“A lot of it is about tension,” Mary Norris, described as The New Yorker’s “Comma Queen,” says in “Turn Every Page: The Adventures of Robert Caro and Robert Gottlieb,” building a surprising amount of her own as she talks about punctuation. “You know something’s coming when there’s a semicolon.”
In fact, wars have been waged over it as one learns in Lizzie Gottlieb’s riveting look at the five-decade professional relationship between her father, the legendary book editor Robert and Caro, who has dedicated his life to authoring a five-volume biography of Lyndon B. Johnson. Although the director hadn’t met Caro until her father’s 80th birthday – he’s turning 89 during the time of filming – she would seem to take after both men in telling their story, honoring her dad’s proclivity to read manuscripts within 24 hours and offer detailed notes with a doc that’s fleet-footed and meticulous, while somehow covering as much ground as Caro is prone to through the lens of a single – and singular – partnership. “Turn Every Page” catches the duo as they embark on what they both expect to be the final chapter of the Johnson bio, though as Gottlieb notes at the start, there were certain rules she had to abide by when neither were eager to let anyone into their private process, having to interview them separately and never when they were trading notes on the actual tome, which Caro is still visiting locations and reporting on well into his eighties.
It is largely left to others to describe their relationship, which is said to have never moved beyond seeing each other as intellectual equals and peers rather than friends and varies between collegial and contentious in a pressurized process that resembles the creation of a diamond. But Caro and Gottlieb are both hyper-articulate and passionate when speaking to their craft, making for a riveting and insightful look into one of the great literary projects of all time, if not the greatest, which is saying something particularly for Gottlieb, who mentions as an aside that he was the one who convinced Joseph Heller to turn “Catch-18” into “Catch-22” because it sounded funnier. The Johnson biography doesn’t actually take center stage until midway through “Turn Every Page” when there is so much else to cover, from Caro finding his niche after working as a reporter for Newsday looking for more ambitious work than daily reporting and Gottlieb read books day and night as the son of a public school teacher and learned there was a profession where he could turn such passion into a career. The two were set up for a professional marriage by the literary agent Lynn Nesbit, who read an early draft of Caro’s blockbuster biography on Robert Moses, “The Power Broker,” and knew he needed a partner for life, enabling the kind of historical investigation that will probably never be replicated.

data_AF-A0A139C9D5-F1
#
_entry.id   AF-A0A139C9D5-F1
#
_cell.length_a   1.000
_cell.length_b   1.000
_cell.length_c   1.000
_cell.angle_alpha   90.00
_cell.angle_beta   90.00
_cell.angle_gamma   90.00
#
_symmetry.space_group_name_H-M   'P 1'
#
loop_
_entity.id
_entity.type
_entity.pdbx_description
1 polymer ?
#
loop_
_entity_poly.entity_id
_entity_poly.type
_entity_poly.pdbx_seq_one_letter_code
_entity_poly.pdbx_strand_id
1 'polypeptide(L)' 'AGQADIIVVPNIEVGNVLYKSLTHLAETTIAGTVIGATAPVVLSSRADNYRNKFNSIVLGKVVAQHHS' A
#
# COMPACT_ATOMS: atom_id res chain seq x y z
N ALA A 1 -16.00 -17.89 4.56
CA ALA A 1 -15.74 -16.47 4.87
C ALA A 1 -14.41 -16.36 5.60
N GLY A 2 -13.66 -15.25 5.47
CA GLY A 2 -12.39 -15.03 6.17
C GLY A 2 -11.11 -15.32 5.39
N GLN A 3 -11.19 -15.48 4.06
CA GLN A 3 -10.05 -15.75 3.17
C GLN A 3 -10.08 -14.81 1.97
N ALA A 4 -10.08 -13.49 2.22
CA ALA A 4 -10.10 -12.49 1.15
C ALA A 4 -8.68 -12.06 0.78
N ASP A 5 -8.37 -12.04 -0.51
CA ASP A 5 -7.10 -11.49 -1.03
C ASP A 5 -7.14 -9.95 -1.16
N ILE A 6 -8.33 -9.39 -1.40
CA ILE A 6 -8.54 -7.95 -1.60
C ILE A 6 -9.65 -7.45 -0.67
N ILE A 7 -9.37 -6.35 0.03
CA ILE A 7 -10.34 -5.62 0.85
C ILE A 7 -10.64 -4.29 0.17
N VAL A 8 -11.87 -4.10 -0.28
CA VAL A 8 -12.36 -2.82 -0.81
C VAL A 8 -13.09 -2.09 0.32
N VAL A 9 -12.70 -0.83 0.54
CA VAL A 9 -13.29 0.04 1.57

When Caro has always been led by his fascination with how systems of power work, exploring that give-and-take between the author and the editor offers a fascinating parallel and Gottlieb, the director, brings the pair’s collaborations to life with vivid recollections straight from the source accompanied by well-sourced and tastefully curated archival, the film is able to speak to both cultural transformation and the surprising ways in politics and American life in general where the more things change, they stay the same. “Turn Every Page” strikes exactly the right balance between warm personal memoir and clear-eyed consideration of subjects the two have devoted their lives to thinking about, whether it’s specifically the matter at hand or how best to get to the truth of it and when they continue to invest so much attention in getting it right, it couldn’t be more appropriate to see that it ends with a bit of a semicolon itself when Caro still hasn’t announced when volume five of his Johnson biography will be published, yet after making so much history already he and Gottlieb aren’t about to leave any unfinished business.
“Turn Every Page: The Adventures of Robert Caro and Robert Gottlieb” will screen again at Tribeca at the Village East on June 15th at 5 pm and June 18th at 8 pm and at the Cinepolis Chelsea on June 19th at 3 pm.